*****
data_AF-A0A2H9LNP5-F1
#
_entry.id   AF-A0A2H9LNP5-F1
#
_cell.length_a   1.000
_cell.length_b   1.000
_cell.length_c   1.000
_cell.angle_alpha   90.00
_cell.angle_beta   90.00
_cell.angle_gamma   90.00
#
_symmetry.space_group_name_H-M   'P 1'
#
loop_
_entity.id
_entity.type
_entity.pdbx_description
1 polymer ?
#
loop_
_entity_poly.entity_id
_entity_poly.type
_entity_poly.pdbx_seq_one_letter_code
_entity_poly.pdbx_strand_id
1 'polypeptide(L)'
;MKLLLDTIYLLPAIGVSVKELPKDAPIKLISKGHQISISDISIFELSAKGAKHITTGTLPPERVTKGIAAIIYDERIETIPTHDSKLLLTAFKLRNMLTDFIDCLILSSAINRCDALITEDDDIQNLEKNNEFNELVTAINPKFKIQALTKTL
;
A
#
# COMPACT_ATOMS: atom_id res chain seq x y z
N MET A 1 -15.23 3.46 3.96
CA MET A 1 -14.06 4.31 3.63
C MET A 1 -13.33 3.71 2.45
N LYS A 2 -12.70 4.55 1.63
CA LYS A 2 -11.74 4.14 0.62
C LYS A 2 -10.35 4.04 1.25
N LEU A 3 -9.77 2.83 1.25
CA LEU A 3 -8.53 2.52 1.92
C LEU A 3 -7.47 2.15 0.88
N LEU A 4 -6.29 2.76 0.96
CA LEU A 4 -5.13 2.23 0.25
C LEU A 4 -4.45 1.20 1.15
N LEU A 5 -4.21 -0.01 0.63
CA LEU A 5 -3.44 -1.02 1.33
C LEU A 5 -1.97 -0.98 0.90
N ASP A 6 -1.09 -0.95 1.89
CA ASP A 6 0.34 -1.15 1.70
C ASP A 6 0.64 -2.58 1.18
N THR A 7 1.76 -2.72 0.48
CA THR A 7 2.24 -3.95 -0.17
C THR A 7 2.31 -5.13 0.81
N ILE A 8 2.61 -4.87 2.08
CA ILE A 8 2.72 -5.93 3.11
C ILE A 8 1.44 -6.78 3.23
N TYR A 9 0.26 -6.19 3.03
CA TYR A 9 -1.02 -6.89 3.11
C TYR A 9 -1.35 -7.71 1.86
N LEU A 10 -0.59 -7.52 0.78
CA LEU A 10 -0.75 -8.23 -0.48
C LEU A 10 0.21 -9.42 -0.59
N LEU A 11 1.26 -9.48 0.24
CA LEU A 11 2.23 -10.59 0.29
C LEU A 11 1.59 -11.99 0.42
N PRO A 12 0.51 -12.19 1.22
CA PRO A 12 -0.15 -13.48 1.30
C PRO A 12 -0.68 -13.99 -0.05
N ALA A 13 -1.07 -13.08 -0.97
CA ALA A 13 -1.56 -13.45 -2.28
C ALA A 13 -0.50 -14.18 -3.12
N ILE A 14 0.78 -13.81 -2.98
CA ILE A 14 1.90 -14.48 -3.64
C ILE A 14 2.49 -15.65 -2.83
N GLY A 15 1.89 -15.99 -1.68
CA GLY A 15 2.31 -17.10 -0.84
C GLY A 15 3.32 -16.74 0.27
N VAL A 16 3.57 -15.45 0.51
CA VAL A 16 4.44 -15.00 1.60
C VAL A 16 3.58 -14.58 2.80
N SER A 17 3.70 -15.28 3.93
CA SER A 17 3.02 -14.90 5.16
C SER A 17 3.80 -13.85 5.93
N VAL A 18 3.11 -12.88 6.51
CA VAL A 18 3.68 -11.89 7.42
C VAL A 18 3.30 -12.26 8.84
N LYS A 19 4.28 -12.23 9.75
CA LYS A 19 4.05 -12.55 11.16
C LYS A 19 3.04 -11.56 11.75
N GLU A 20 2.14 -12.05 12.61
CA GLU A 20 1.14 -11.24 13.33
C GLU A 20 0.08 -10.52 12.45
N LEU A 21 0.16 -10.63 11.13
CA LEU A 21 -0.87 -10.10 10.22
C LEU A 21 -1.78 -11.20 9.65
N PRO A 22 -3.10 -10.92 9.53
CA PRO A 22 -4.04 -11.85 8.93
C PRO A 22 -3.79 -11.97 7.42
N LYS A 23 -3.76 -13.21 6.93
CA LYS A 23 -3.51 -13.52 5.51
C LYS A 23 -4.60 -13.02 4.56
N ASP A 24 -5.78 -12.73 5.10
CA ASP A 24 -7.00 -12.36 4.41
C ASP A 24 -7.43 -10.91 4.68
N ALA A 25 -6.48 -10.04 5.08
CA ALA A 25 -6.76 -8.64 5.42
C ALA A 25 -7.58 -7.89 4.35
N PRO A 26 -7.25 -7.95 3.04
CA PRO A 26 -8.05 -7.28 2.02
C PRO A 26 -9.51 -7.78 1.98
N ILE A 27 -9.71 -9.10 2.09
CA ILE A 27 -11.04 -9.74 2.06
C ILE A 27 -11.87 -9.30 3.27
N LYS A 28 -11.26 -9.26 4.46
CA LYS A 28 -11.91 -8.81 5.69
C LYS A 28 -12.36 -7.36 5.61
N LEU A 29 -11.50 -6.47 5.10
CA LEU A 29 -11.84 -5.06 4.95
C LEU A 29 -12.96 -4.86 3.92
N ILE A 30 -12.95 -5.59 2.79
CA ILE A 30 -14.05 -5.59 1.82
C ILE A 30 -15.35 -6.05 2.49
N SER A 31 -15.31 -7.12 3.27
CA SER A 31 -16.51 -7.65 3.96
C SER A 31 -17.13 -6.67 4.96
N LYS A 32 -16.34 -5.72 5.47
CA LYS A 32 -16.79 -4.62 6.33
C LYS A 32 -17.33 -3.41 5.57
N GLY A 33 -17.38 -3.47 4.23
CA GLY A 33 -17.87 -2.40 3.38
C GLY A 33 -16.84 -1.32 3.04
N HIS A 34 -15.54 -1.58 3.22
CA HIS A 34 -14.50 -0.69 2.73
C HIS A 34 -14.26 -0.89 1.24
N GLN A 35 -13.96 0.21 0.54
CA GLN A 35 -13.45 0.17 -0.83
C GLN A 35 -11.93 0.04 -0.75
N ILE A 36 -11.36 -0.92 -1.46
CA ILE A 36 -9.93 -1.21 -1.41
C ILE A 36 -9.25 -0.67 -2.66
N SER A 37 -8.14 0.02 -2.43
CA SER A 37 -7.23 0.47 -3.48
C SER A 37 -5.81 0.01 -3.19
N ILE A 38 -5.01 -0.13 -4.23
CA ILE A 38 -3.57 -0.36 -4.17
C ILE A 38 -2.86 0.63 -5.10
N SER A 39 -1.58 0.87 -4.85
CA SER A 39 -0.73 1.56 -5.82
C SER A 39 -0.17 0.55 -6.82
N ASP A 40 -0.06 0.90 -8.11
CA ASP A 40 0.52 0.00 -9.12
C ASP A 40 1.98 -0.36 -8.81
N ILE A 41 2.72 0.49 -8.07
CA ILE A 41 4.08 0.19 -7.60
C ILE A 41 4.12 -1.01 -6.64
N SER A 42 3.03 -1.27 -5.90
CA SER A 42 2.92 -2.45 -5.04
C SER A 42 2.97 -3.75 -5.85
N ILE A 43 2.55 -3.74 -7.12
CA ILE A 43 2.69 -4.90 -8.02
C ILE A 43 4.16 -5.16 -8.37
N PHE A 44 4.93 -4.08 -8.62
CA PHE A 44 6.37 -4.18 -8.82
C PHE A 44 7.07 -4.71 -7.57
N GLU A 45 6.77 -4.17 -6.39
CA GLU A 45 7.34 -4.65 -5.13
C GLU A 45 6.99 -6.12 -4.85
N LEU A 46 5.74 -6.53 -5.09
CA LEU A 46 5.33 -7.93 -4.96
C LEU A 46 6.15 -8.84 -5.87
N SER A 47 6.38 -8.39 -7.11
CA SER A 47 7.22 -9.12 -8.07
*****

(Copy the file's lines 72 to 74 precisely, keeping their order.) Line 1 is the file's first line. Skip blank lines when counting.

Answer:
C ILE A 14 2.49 -15.65 -2.83
N GLY A 15 1.89 -15.99 -1.68
CA GLY A 15 2.31 -17.10 -0.84